Although I was born and raised in the United States, I did not learn how to drive until I was 30.
This was possible because I grew up in Manhattan, where cars are not only a significant expense, they are a hindrance. I mastered other skills instead: My taxi-hailing is unparalleled. I learned that certain subway lines could be ridden at 3am, even in a semi-sober state, because the cars were full of other passengers, most of them Polish cleaning ladies.
Of course, there are places that the subway doesn’t go, or the cost of a taxi ride is prohibitively high, but here’s the thing: if you’re a young woman, you can usually find a date with a car who will drive you pretty much anywhere else. You’ll want to be careful with that one, of course, and sometimes you might want to bring a friend. If you should ever do this, here is what you will talk about on the drive: How it is possible for a well educated American adult to get through life with no driver’s license.
I finally learned to drive only because I had to, when at the age of 30, I left the city and moved to the suburbs. I enjoy driving, at times – I drive little, sporty cars, so country roads are fun. Mostly, I find it stressful in a way that riding in a cab just isn’t, usually. True, there was that one time I got into a stolen cab and spent the ride clutching pepper spray and hoping there wouldn’t be a lot of rats wherever he dumped my body. But, I only made that mistake once, and driving, now that I live in the suburbs, I have to do every day.
Last weekend, I hosted a dinner downtown for area alumni of my high school. There are a surprising number of us in Seattle, mostly of whom are men because the school didn’t admit girls for the first sixty years of its existence. One of the guys, who lives near me, offers me a ride, which I decline because, as the organizer, I have to get there early, but also, I know a lot about his failing marriage, don’t have a girl friend to invite along, and am not sure what we’ll discuss now that I have a driver’s license.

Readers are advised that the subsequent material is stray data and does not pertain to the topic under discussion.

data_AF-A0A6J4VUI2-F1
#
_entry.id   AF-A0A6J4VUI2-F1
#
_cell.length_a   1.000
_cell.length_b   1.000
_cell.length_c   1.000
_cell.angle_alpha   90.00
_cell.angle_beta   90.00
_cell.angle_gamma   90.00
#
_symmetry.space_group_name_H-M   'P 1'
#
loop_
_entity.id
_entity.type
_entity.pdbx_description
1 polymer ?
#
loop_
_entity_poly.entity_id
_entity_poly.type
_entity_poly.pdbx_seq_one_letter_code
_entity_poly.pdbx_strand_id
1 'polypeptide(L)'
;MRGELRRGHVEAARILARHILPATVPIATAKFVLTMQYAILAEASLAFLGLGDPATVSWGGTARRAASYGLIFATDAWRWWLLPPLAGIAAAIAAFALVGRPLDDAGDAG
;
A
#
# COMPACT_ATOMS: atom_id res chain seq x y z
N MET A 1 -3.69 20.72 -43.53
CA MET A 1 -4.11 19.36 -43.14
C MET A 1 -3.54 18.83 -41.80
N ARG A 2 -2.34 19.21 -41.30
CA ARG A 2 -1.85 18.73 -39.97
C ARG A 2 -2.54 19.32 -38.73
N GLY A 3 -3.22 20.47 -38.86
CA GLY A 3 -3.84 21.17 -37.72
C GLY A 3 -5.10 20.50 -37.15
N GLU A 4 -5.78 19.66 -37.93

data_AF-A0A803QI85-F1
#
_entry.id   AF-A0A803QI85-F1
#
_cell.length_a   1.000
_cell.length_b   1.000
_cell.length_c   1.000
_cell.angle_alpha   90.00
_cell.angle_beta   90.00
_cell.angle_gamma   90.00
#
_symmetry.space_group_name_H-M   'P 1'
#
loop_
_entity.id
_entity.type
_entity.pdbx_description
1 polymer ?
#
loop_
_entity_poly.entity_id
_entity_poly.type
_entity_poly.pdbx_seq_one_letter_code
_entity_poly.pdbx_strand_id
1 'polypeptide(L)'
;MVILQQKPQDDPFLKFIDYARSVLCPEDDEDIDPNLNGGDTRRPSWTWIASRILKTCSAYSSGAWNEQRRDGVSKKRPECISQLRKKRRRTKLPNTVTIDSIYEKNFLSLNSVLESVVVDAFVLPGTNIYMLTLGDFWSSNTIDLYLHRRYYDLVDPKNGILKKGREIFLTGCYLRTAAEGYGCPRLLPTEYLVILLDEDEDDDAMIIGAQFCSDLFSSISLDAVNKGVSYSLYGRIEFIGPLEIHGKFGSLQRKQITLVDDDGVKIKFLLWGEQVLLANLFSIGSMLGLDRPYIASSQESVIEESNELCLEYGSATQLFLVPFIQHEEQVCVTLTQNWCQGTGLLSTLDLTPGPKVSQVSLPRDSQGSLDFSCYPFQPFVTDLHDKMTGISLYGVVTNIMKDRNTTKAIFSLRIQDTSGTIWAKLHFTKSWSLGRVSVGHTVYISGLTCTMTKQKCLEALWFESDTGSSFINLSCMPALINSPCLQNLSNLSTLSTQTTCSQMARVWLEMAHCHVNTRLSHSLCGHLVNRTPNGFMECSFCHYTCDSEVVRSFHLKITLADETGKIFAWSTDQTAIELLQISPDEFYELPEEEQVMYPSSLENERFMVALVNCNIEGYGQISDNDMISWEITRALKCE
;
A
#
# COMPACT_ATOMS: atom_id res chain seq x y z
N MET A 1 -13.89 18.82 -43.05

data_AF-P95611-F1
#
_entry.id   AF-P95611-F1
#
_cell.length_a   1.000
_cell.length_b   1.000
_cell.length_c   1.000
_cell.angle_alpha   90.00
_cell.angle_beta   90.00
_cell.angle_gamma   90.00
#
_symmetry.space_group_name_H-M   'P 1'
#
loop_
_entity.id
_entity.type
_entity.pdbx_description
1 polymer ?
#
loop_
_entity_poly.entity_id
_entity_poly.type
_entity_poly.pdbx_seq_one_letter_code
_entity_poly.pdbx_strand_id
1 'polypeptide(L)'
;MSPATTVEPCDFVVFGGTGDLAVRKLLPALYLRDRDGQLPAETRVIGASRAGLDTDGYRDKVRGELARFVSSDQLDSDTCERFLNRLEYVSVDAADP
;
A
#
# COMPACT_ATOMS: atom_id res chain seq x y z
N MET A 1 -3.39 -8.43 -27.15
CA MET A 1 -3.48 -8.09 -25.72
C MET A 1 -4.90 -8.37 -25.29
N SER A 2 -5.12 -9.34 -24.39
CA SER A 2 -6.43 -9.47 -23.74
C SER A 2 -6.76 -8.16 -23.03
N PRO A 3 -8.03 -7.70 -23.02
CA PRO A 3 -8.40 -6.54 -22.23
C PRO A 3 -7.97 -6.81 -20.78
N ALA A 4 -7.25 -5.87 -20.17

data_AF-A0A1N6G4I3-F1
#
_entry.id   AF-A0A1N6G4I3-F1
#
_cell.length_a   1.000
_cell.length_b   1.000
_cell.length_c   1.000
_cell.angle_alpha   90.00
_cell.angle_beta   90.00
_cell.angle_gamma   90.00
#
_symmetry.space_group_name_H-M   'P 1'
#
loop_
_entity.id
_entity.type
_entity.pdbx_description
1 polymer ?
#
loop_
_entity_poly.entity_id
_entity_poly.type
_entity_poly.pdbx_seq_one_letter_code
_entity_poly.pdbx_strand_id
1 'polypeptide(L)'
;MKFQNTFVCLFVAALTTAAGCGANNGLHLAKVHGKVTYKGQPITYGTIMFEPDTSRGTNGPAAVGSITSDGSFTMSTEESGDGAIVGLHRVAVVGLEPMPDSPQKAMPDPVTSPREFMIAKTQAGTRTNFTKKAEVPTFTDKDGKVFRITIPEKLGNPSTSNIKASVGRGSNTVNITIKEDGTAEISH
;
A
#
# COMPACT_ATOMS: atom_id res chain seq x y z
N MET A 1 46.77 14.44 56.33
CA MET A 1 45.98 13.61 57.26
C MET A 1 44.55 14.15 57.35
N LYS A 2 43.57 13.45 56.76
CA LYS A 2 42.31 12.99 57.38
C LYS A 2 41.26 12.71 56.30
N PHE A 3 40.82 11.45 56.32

We’re a rowdy table, and when I stand up to address the group, I notice two things: first, the table next to ours appears a bit perturbed by all the noise, so I apologize for our New York manners; second, it’s snowing. The last time it snowed here was right before Christmas. We got a half inch and all the schools closed – Snowpocalypse, Seattle style.
We glance at the snow, but we’re having fun, and its not late by any definition, so we linger until we’re all really, truly done, and have the next event planned, too.
I head out, and realize there’s not much in the way of visibility – the big fluffy flakes are pretty, but also pretty hard to see through. I drive slowly, keeping to the right and hoping I’m actually in a lane because the markings aren’t visible. Everyone is driving slowly, though: Seattle is a city of little old ladies when ever there’s weather involved.
I get off the freeway at my usual exit, head up the hill to my house, and start to get annoyed at the driver ahead of me, who is driving slower than everyone else I’ve encountered en route, which doesn’t actually seem possible. I think, how annoying – I’ll pass him when I get closer.